Football viewers still remember the Chima Okorie at his best, terrorizing defenders all over the nation. In the 1988 Durand Cup semi-final, East Bengal were the underdogs. Chima came up with a magnificent display of attacking football, scored two goals and led the team to the finals single-handedly. After this performance, Chima made a special place in the hearts of the Red-and-Gold brigade.

After switching sides, Chima didn’t stop his exploits either. Mohun Bagan were playing the offensive diamond under the eccentric Amal Dutta, with Chima at the top of the diamond. In the 1997 Federation Cup, Mohun Bagan outclassed the Goan outfit 6-0. Tactically outplaying a Goan side was against the order of the day. Chima scored 4 goals in that memorable match, a commendable performance.

Chima had discipline issues throughout his career and his career ended with one such incident. In a KFL Derby match in 1999, an outraged Chima assaulted the referee, which saw an end to his maverick-yet-accomplished football career. Chima, later, had managerial stints in various parts of India.

#2 Jose Ramirez Barreto (1999 – 2004, 2006 – 2014)

Jose Ramirez Barreto
Barreto is nicknamed “the green parrot” for his time with Mohun Bagan

Barreto was the guardian angel from Latin America that invigorated the common Indian football fans’ imagination with his delightful play. The silky-footed, Brazilian was born to play football. One of the most versatile players to have graced an Indian pitch ever, Barreto joined the Mohun Bagan team in 1999. During his first five-year stint in Indian football, Barreto won everything that is there to be won in Indian football.

In the first four seasons with Mohun Bagan, he scored an amazing 126 goals but had to leave Kolkata amidst some administrative issues. Barreto came back to India in 2005, joining Mahindra United and had an immediate effect on his new team. Barreto became the top scorer of the Federation Cup in 2005, leading his side to victory. Combining with Yusif Yakubu (later), Barreto led his club to the only NFL title in the history of Mahindra United.

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Barreto came back to Mohun Bagan as the prodigal son a year later, and the return was wildly celebrated amongst the fans. Barreto holds the record of being the only non-Indian footballer to score more than 200 goals for a single Indian club. He has scored 16 goals in the fiery Kolkata derby, another record for a Mohun Bagan footballer.

The Brazilian is one of those players who are gifted with skill and finesse. Adept to playing anywhere in the attacking third, Barreto is capable of scoring with both feet. Barreto is one of those players who’ve been there and done et al. Retaining off the ball and the eye for the final pass makes him deadly in the opposition half. His commitment to his team is impeccable. Known to track back and defend in times of need, Barreto has always willingly played in midfield to give a chance to younger strikers.

Barreto was also a dead-ball specialist and regularly scored from direct free-kicks. In 2012, Barreto had slowed down a little and thus became a baggage too heavy for Bagan to carry with only 4 foreigners allowed in the team. His love for football and Kolkata made him sign for Bhawanipore Society, a team for which he played for two years.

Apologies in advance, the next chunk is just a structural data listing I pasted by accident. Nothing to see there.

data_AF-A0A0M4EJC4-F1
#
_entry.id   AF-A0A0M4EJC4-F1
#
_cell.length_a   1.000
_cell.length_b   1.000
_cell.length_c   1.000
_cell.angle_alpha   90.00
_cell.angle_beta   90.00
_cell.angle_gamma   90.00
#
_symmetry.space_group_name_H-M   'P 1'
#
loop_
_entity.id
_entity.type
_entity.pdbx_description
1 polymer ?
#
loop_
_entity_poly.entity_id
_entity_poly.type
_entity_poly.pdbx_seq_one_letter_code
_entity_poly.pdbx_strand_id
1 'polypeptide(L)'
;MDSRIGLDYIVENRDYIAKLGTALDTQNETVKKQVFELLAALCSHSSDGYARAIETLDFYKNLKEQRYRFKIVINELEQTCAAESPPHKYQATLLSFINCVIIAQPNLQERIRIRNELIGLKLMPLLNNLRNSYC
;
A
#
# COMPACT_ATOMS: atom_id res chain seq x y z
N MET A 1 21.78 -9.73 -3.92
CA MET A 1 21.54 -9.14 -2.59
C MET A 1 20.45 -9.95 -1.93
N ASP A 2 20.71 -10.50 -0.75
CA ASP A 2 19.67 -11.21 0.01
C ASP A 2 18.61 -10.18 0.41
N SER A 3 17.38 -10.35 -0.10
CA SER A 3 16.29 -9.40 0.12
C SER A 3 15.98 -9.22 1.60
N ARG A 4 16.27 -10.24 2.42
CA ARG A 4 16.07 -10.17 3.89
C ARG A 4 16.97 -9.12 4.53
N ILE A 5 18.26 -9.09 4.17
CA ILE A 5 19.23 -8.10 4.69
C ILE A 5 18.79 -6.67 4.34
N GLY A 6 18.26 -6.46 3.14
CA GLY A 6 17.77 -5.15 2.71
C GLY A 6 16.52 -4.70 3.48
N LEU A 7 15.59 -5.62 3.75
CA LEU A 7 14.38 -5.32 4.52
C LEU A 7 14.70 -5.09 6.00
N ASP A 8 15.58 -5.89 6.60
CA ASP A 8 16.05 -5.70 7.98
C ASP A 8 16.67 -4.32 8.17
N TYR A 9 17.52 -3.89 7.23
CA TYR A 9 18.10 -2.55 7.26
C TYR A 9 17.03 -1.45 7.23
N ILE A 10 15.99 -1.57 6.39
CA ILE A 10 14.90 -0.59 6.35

One of the thorough professionals, Barreto is respected even by rivals’ fans for his modesty and dedication to the game. Barreto confesses his love for Kolkata time-and-again and is the Assistant coach in the Atletico de Kolkata team.

#1 Majid Baskar (Early 1980s)

Majid Baskar.jpg
Majid Baskar was the star of Indian football in the 1980s

Majid Baskar is one of the finest foreigners ever to ply his trade in India. Hailing from the Middle-East country of Iran, Baskar is still the yardstick when it comes to foreign footballers in Indian football. New players are always put to the question—‘Is he as good as Majid or not’ by both coaches and players.

Mainly playing as a ‘schemer’ or an attacking midfielder, Majid was known to be a player with sublime skills and unconventional thinking on the ball. His pace with the ball, skillful dribbling and trickery was something Indian audiences had never seen in the past. Sitting in the midfield and pulling the strings effectively and creatively, Majid was in the mould of a certain Juan Roman Riquelme. Even the hard-to-please Kolkata critics loved him, for a change.

Majid was part of the Iranian football team that played in the 1978 World Cup. He came to India to study in the Aligarh Muslim University and formed one of the deadliest partnerships with his friend from University, Jamshid Nasri. Majid played for a year for East Bengal and the next two years for Mohammedan Sporting and such was his impact that he’s known as the best foreigner ever to play in India.

Iran was going through a lot of turmoil in those days, and it took to Majid. After the Iranian Revolution, Majid got addicted to narcotics and could never replicate his ability on the football field. He tried in the other parts of India, remaining unsuccessful. He had a cult status due to his bohemian lifestyle and was loved by one and all.

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Edited by Staff Editor